SLaTE 2015 - Workshop on Speech and Language Technology in Education
Automatic speech recognition (ASR) for childrens speech is more difficult than for adults speech. This paper explores two explanations of this phenomenon, namely (A) that it is due to predictable phonological effects associated with language acquisition in children, or (B) that it is due to the general increase in acoustic variability that has been observed in childrens speech. Phone recognition experiments are conducted on hand labelled data for children aged between 5 and 6. A statistical comparison of the resulting confusion matrix with that for adult speech (TIMIT) shows significant increases in phone substitution rates for children, some of which correspond to established phonological phenomena (type A errors). However these only account for a small proportion of errors, and those associated with general acoustic variability (type B) appear to account for the majority. The study also shows significantly more deletion errors in ASR for childrens speech. Overall, the results suggest that attempts to improve ASR accuracy for childrens speech by accommodating phonological phenomena associated with language acquisition, for example by changing the pronunciation dictionary, are unlikely to deliver significant success in the short term, and that coping with the increased acoustic variability in childrens speech should be the immediate priority.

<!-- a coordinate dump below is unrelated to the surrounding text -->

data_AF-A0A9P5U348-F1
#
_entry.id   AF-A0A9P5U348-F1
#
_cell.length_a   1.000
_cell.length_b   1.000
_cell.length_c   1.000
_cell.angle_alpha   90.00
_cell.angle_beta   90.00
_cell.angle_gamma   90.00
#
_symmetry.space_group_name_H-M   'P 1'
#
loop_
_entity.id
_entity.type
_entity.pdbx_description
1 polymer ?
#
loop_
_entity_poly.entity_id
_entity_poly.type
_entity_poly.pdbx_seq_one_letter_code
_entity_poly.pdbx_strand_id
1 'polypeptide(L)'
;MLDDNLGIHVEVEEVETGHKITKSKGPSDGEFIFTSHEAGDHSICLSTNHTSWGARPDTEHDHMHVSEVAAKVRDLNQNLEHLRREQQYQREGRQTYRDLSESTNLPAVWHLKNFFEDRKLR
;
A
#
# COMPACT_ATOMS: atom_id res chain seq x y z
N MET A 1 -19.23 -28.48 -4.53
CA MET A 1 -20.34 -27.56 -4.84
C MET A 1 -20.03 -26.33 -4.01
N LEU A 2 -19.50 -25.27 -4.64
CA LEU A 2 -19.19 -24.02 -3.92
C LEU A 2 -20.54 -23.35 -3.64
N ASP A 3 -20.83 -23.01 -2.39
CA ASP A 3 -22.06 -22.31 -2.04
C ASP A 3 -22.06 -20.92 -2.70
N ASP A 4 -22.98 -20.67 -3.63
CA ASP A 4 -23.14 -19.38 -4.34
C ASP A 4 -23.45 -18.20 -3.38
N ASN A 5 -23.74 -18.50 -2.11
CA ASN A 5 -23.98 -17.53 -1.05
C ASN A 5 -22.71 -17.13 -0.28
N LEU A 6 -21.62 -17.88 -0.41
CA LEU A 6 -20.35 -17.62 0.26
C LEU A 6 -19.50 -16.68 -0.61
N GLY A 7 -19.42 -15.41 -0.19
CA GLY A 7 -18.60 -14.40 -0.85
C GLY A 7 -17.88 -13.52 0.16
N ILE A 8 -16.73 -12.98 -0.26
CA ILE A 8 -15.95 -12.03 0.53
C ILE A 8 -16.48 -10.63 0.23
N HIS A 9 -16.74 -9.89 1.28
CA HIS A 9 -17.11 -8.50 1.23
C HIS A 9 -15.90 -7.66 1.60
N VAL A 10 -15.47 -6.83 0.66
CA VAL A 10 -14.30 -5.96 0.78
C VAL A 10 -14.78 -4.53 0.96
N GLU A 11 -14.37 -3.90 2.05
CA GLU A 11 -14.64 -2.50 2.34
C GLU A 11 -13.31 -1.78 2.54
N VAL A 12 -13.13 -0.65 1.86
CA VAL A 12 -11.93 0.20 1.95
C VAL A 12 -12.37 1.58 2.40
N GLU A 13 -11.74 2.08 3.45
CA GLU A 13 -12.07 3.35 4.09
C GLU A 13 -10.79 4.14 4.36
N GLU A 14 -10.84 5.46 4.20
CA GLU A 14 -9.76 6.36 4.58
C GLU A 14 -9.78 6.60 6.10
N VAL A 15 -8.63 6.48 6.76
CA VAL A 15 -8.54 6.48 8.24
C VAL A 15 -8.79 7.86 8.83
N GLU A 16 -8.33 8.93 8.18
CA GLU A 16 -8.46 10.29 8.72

Bibliographic reference. Fringi, Eva / Lehman, Jill Fain / Russell, Martin (2015): "Analysis of phone errors in computer recognition of childrens speech", In SLaTE-2015, 101-105.